Some linguists regard Kusunda and Burushaski as language isolate. Divergent views have emerged on whether Kusunda is a language isolate. Analyzing some 150 years old data, which often have inaccuracies, some western linguists have recently classified Kusunda as Indo-Pacific language. This new classification cannot be accepted because it is not a complete study, which lacks information on recent development on Kusunda language. Only pronominal studies will not suffice. It is understandable that some linguists as well as anthropologists are out there to establish a theory that first human being evolved from Sub-Saharan Africa. Those scholars argue human beings evolved from Africa and migrated via Indian subcontinent to the Pacific region. Be it whatever, the recent classification of Kusunda as Indo-Pacific language is not accepted by other prominent linguists.




[2] �Gorkha Kingdom� also suggests the political process and development that happened in Nepal. The much-preferred name in the history of modern Nepal, King Prithivi Narayan Shah, fore father of the current king Gyanendra, annexed Kathmandu valley into Gorkha in 1768. At that time Kathmandu Valley was known as �Nepal�  and  Newari was its  language. King Prithivi  discarded  Newari , introduced �Gorkha language�, gave the kingdom another name �Nepal and made  Kathmandu capital of his kingdom. The king, Nepali language and Hindu culture are perceived as symbols of  national unity.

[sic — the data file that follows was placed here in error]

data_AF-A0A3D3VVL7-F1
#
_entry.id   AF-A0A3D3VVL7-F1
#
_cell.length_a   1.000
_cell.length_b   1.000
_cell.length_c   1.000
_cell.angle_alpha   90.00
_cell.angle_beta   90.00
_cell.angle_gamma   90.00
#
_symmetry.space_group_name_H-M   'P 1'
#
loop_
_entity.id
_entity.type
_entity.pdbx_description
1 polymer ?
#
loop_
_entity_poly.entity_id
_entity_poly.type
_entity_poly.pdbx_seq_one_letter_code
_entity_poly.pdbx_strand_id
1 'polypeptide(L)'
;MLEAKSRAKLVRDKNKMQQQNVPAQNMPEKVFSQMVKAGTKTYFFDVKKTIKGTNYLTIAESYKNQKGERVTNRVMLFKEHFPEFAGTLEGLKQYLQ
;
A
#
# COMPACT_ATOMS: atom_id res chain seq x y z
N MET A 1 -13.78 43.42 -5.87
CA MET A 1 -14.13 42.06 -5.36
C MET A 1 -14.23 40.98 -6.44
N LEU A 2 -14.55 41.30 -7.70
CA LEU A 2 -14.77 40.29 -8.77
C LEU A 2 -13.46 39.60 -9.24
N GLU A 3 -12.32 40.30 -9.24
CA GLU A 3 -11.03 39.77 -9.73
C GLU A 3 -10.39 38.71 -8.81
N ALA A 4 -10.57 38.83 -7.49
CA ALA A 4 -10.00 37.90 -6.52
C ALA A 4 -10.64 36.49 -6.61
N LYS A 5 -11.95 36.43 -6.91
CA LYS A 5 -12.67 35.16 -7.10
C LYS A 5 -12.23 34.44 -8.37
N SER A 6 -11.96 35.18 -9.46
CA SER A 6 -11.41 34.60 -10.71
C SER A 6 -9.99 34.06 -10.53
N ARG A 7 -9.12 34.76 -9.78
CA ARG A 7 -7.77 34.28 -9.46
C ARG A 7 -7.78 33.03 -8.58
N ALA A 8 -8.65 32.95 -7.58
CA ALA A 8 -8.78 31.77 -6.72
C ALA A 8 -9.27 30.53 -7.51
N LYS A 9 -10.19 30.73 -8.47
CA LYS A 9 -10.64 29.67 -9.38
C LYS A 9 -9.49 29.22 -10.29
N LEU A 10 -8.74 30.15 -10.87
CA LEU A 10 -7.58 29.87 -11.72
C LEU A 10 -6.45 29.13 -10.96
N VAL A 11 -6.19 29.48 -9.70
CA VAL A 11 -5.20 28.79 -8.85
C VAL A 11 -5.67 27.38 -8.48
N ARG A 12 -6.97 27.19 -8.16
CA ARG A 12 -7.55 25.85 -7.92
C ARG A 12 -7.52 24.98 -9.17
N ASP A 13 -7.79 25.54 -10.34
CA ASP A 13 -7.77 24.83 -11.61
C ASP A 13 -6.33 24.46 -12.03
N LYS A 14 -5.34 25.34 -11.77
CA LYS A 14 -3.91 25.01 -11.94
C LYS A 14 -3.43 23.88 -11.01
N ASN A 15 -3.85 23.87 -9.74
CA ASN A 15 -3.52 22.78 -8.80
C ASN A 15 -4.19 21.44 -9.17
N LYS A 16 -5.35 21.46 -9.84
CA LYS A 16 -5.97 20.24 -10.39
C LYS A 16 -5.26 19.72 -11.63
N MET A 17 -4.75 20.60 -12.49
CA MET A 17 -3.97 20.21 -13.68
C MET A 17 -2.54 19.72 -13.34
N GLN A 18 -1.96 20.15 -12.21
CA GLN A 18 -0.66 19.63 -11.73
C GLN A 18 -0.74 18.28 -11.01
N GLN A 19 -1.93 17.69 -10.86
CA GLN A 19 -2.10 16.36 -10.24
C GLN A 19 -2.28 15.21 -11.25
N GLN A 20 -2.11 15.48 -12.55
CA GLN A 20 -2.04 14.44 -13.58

[3] Vedic Scholars [ sages]


[4] Indigenous ethnic peoples with their own mother tongues, traditions, distinct cultural attributes and social structures and who also do have written or unwritten histories are designated by law as Janajatis of Nepal.


[5] Newars are one of the most advanced indigenous peoples of Nepal. They form 5.48% of the total population of Nepal.


[6] Magars are the largest indigenous group by 7.14%. They are third largest population group after Chhetri [15.80%] and Hill Brahman [12.74 %] in Nepal. No individual caste/ethnic group is over 16.00% of total population in Nepal.


[7] Tamangs form third largest among indigenous population after Magar and Tharu [5.64%].


[8]  i) Nepal Langhali Sangh,  ii) Nepal Tamang Ghedung, iii) Nepal Bhasa Manka Khala, iv) Tamu Baudha Sewa Samii, v) Kirat Yakthung Chumlung, vi) Kirat Rai Sanskritic Sangh vii) Sunuwar Sewa Samaj viii] Sagarmatha Sewa Kendra (Sherpa Association) were the signatories of the federation in 1990.


[9] The 16  unmentioned Janajatis in the recent census report are  Kushbadiya, Chhairotan, Tangbe, Topke Gola, Thudam, Fri, Mugali, Lhopa, Surel, Dolpo, Teen Gaule Thakali, Bankaria, Barah Gaule, Marphali Thakali, Larke and Lhomi [Shinsawa].